According to FAO, 793 million people in the world suffer from hunger, defined as chronicle malnutrition, and 16 million children under the age of 5 are affected by diet-related growth problems. (FAO, 2015. Estado de la Inseguridad Alimentaria. Available in: Through most of the world, with the noticeable exception of the OCDE countries, hunger is a very important social problem, directly affecting human development and frustrating people’s freedom to be what they want to be, and to do what they want to do.

The notion of food sovereignty is built upon the idea that no society can move towards human development unless it achieves stable material conditions for autonomy in terms of food production. The social movements that promote food sovereignty represent rural citizens in the five continents that have been negatively affected by free trade agreements, to the point of being forced by the circumstances to change their economic activities or even to migrate to the nearest cities. According to FAO (2015) these rural citizens constitute the majority of hunger victims in the world.

These rural citizens’ economic activity is in most cases small-scale agriculture. From agriculture they derive their livelihood, but agriculture is also the center of their world-life, cultural practices and community relations. Therefore, the displacement or destruction of small-scale agriculture is at the same time the destruction of human capabilities and social tissue, and the promotion of food sovereignty is at the same time the defense of human capabilities and the reconstruction of social tissue.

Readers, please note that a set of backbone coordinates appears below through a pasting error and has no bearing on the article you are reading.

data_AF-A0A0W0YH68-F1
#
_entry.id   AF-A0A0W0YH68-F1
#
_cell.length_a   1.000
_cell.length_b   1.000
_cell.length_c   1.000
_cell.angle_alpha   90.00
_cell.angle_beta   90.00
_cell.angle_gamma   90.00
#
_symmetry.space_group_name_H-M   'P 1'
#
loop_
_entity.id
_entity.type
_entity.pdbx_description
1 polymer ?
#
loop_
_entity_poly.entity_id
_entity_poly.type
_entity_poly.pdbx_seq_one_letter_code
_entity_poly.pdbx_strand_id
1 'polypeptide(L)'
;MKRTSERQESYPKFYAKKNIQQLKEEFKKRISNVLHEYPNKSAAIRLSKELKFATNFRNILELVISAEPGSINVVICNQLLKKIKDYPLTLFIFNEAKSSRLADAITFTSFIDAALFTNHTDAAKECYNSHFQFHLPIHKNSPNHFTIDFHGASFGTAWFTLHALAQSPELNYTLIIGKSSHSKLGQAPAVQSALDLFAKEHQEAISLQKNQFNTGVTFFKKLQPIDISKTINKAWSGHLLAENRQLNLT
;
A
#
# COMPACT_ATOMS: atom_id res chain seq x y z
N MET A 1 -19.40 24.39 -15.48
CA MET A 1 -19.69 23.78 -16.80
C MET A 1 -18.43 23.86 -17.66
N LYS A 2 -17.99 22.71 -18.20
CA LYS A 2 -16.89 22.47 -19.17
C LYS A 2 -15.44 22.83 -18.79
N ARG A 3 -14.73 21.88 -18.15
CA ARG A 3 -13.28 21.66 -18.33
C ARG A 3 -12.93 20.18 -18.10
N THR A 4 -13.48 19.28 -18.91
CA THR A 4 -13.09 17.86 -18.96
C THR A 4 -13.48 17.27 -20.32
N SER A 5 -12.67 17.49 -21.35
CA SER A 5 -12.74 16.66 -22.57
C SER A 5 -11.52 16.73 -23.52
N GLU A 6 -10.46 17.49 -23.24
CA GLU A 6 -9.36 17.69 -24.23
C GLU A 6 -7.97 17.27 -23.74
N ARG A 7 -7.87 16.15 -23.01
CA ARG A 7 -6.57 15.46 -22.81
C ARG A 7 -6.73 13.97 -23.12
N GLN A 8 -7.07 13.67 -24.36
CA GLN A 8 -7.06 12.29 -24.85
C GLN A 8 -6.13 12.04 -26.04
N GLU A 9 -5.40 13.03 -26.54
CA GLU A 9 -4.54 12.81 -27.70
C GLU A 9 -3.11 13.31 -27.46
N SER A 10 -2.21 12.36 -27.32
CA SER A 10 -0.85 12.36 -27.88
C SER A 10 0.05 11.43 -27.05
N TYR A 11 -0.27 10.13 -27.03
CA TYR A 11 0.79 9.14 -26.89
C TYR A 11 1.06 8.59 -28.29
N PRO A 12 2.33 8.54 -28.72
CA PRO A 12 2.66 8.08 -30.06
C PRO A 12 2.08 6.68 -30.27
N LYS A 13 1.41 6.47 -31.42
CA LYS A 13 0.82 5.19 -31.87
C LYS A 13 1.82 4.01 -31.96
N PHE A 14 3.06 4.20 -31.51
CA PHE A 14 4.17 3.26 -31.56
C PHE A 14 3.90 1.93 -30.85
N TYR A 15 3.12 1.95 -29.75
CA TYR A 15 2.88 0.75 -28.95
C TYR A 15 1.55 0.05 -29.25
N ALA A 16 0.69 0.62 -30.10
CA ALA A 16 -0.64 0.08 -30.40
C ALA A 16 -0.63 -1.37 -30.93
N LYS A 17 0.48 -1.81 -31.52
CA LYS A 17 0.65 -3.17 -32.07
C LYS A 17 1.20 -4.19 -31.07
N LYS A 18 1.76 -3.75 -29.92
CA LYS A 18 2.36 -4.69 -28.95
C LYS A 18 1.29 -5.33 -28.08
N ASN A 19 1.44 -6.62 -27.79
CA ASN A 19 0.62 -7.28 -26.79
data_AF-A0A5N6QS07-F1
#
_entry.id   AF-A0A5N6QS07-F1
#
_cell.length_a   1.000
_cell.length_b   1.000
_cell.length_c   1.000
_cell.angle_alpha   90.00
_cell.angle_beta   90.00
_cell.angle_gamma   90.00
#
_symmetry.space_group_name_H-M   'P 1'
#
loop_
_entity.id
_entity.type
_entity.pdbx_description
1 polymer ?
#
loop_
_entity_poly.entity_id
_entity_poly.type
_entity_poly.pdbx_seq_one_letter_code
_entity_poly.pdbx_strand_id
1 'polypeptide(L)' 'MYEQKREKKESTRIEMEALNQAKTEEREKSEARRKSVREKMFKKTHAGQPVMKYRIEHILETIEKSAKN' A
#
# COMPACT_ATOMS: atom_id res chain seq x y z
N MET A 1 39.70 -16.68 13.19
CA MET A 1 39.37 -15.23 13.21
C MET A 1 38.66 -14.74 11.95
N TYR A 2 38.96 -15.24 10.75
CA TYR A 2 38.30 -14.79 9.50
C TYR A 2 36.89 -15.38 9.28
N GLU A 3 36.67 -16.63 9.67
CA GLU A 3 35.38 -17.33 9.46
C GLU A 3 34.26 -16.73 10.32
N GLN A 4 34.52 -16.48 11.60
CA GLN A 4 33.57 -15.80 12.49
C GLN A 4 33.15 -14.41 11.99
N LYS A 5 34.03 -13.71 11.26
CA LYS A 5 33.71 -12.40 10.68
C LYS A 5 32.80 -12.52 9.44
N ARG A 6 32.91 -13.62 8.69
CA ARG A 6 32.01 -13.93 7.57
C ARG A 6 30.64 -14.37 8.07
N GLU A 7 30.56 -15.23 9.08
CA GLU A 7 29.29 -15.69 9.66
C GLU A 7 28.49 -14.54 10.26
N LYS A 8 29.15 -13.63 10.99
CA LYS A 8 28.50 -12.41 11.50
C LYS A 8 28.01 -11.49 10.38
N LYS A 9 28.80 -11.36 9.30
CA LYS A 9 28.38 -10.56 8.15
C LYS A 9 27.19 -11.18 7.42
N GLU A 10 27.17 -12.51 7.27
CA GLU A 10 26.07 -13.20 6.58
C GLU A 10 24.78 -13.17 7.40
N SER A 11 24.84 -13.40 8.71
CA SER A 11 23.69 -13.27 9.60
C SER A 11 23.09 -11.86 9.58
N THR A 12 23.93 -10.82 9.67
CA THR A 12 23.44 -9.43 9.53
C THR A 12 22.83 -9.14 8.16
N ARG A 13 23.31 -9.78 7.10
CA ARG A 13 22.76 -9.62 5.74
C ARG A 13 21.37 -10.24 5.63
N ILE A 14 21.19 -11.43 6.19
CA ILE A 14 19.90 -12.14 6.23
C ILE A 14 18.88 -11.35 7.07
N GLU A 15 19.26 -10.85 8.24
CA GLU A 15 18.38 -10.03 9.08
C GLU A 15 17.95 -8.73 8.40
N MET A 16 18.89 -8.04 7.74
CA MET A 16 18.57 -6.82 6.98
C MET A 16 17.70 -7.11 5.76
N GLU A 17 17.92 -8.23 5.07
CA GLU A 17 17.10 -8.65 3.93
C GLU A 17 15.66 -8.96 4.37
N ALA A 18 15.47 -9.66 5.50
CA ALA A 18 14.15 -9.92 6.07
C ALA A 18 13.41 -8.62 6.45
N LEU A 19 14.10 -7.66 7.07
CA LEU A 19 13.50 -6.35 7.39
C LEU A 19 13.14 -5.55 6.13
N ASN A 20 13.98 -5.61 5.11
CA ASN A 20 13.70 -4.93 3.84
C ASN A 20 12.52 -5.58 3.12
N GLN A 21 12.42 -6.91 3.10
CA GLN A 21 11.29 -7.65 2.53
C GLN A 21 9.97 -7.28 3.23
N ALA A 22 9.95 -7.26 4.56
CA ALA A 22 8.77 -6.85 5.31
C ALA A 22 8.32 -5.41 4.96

Finally, it is important to mention that there are important voices also in international organizations supporting the idea that small-scale agriculture through public policy could be an effective strategy in order to attain the zero hunger goal and to promote human development. For instance, Olivier de Schutter, UN’s Special Rapporteur on the Right to Food, published a report in which he recommends full commitment to small-scale agriculture based on strong evidence of it’s potential for productivity (UNO, 2010. Report submitted by the Special Rapporteur on the right to food, Olivier De Schutter. Human Rights Council). FAO also promotes support for small-scale agriculture in its Voluntary Guidelines for the Tenure of Land, Fisheries and Forests. For FAO, rural development in the twenty-first century should rely on small and medium-scale agriculture not only because of it’s superior productivity for food production, but also due to the positive impact in rural citizens lives and the economic development of rural areas (FAO, 2015. Voluntary Guidelines for the Tenure of Land, Fisheries, and Forests. Rome). The United Nations Development Program (UNDP) is also engaged in promoting small scale-agriculture as a means for human development, as can be seen –among others- in the 2011 Colombia National Human Development Report, that focuses on Human Development in the Rural Colombia (UNDP, 2011. Colombia Rural: Razones para la esperanza. National Human Development Report, Bogotá).